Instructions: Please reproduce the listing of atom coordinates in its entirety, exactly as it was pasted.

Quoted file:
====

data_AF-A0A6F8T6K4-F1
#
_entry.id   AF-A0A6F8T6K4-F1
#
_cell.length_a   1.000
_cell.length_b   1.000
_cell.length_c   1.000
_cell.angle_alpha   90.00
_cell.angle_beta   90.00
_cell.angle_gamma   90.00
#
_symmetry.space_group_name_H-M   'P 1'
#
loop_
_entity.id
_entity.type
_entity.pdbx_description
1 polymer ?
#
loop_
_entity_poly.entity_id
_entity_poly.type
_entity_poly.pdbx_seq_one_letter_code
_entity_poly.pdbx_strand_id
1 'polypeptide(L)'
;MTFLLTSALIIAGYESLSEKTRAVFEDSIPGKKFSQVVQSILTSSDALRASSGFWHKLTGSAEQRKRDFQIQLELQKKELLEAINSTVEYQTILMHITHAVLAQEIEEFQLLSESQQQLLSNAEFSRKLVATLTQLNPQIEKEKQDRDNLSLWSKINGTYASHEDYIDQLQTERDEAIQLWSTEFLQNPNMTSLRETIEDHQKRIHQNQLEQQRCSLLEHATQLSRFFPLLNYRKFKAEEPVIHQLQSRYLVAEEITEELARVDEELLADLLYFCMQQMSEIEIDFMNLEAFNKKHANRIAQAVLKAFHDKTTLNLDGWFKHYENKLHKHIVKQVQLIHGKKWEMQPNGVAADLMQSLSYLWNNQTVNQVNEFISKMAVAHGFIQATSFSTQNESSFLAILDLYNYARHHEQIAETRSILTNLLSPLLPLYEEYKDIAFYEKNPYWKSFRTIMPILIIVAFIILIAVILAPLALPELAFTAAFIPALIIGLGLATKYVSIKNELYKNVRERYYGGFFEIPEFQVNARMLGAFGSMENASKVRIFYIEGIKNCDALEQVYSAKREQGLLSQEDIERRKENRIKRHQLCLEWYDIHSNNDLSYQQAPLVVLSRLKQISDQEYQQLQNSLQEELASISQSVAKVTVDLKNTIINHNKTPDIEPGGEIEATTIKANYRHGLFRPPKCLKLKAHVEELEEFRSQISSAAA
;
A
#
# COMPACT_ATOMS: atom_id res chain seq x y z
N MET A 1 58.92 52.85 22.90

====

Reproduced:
data_AF-A0A6F8T6K4-F1
#
_entry.id   AF-A0A6F8T6K4-F1
#
_cell.length_a   1.000
_cell.length_b   1.000
_cell.length_c   1.000
_cell.angle_alpha   90.00
_cell.angle_beta   90.00
_cell.angle_gamma   90.00
#
_symmetry.space_group_name_H-M   'P 1'
#
loop_
_entity.id
_entity.type
_entity.pdbx_description
1 polymer ?
#
loop_
_entity_poly.entity_id
_entity_poly.type
_entity_poly.pdbx_seq_one_letter_code
_entity_poly.pdbx_strand_id
1 'polypeptide(L)'
;MTFLLTSALIIAGYESLSEKTRAVFEDSIPGKKFSQVVQSILTSSDALRASSGFWHKLTGSAEQRKRDFQIQLELQKKELLEAINSTVEYQTILMHITHAVLAQEIEEFQLLSESQQQLLSNAEFSRKLVATLTQLNPQIEKEKQDRDNLSLWSKINGTYASHEDYIDQLQTERDEAIQLWSTEFLQNPNMTSLRETIEDHQKRIHQNQLEQQRCSLLEHATQLSRFFPLLNYRKFKAEEPVIHQLQSRYLVAEEITEELARVDEELLADLLYFCMQQMSEIEIDFMNLEAFNKKHANRIAQAVLKAFHDKTTLNLDGWFKHYENKLHKHIVKQVQLIHGKKWEMQPNGVAADLMQSLSYLWNNQTVNQVNEFISKMAVAHGFIQATSFSTQNESSFLAILDLYNYARHHEQIAETRSILTNLLSPLLPLYEEYKDIAFYEKNPYWKSFRTIMPILIIVAFIILIAVILAPLALPELAFTAAFIPALIIGLGLATKYVSIKNELYKNVRERYYGGFFEIPEFQVNARMLGAFGSMENASKVRIFYIEGIKNCDALEQVYSAKREQGLLSQEDIERRKENRIKRHQLCLEWYDIHSNNDLSYQQAPLVVLSRLKQISDQEYQQLQNSLQEELASISQSVAKVTVDLKNTIINHNKTPDIEPGGEIEATTIKANYRHGLFRPPKCLKLKAHVEELEEFRSQISSAAA
;
A
#
# COMPACT_ATOMS: atom_id res chain seq x y z
N MET A 1 58.92 52.85 22.90